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Starbucks App Caught Storing User Credentials in Plain Text

Date:
January 16, 2014
Source:
Newsy / Powered by NewsLook.com
Summary:
A security researcher has discovered Starbucks' iOS app stores usernames, passwords and email addresses in plain text, without encryption.


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last updated on 2014-04-18 at 8:17 am EDT

Starbucks to Roll Out App Update in Effort to Fix Security Flaw

Starbucks to Roll Out App Update in Effort to Fix Security Flaw

TheStreet (Jan. 17, 2014) After security researcher Daniel Wood disclosed earlier in the week that the Starbucks app stores user names, email addresses, passwords and even geolocation information in unencrypted, clear text, Starbucks executives confirmed that app users' information could be visible to anyone with access to the phone if it was connected to a computer. So, if a user's phone was stolen, that information could be accessed by the thief. The company said it will soon roll out an update for its app to make it more secure, though it said the app for Google's Android operating system does not contain the vulnerability.
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Glympse Takes Over Travel Updates Automatically

Glympse Takes Over Travel Updates Automatically

TheStreet (Jan. 21, 2014) Glympse is a geolocation app that updates people of your choosing on your location for a set period of time. Easier and faster than a text, the program is now available in many major car brands including BMW, Mercedes, Ford, and General Motors to reduce texting and driving, and it's even available on Facebook and Twitter. However, users' privacy is protected because the updates only go to selected friends or family members. Recipients can also turn off Glympse if they don't need to see the location.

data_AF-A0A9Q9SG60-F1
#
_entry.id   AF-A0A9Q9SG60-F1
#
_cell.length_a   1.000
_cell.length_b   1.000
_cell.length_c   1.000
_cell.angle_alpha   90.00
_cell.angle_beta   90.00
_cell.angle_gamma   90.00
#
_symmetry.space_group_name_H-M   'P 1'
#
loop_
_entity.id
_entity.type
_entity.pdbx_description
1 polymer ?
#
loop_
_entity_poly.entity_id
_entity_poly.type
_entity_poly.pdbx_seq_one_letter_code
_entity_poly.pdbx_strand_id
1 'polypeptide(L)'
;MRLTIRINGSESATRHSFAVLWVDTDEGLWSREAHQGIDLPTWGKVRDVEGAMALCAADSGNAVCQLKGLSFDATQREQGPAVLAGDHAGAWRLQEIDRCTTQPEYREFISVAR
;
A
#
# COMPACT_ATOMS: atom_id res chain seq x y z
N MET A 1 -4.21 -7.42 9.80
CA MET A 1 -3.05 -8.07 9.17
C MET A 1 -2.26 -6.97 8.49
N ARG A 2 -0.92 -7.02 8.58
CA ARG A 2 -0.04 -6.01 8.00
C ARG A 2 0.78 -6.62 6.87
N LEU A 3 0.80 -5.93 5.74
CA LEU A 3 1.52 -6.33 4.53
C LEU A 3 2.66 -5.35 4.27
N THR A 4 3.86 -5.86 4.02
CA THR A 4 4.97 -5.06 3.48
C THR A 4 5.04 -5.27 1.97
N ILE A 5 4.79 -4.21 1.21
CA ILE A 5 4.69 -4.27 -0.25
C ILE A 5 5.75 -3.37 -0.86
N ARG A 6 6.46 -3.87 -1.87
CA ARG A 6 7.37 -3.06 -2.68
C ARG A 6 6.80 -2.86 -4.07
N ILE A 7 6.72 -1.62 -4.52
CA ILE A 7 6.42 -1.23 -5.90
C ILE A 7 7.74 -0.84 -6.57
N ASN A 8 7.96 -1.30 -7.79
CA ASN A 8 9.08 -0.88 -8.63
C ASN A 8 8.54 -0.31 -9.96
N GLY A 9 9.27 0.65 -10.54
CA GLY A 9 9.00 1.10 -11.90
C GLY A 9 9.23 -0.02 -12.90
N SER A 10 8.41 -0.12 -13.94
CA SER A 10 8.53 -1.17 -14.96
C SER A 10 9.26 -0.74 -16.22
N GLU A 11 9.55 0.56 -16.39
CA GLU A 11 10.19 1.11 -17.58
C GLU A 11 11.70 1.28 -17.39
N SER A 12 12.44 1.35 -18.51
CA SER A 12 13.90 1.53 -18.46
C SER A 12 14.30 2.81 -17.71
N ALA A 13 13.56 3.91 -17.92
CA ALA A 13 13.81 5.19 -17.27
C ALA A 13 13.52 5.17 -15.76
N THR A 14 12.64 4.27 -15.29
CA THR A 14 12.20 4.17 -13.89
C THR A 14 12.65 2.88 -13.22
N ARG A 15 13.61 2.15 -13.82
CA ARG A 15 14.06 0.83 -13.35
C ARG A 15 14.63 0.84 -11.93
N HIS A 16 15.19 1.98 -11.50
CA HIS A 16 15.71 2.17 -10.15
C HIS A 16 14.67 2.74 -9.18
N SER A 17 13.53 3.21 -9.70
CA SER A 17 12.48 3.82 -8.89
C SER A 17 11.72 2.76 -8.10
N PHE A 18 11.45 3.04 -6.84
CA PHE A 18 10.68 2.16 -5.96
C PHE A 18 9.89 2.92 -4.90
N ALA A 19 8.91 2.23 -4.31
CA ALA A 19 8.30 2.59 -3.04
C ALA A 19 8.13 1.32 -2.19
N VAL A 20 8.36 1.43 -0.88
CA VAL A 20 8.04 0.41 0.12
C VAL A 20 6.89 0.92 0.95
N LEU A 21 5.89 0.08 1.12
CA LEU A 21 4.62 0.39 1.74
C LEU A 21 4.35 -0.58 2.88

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Twitter Reinstates Blocking Policy After User Outcry

Twitter Reinstates Blocking Policy After User Outcry

Newsy (Dec. 13, 2013) Twitter modified its user blocking policy on Thursday, then reversed its decision in the face of user backlash.
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How to Securely Back Up Your Computer Online

How to Securely Back Up Your Computer Online

Howdini (Dec. 14, 2012) Back it up! That's the most important tip any tech guru can give you. Don't leave everything on your PC without storing the data elsewhere. Personal tech expert Carley Knobloch reviews Carbonite, a subscription online service that protects you.
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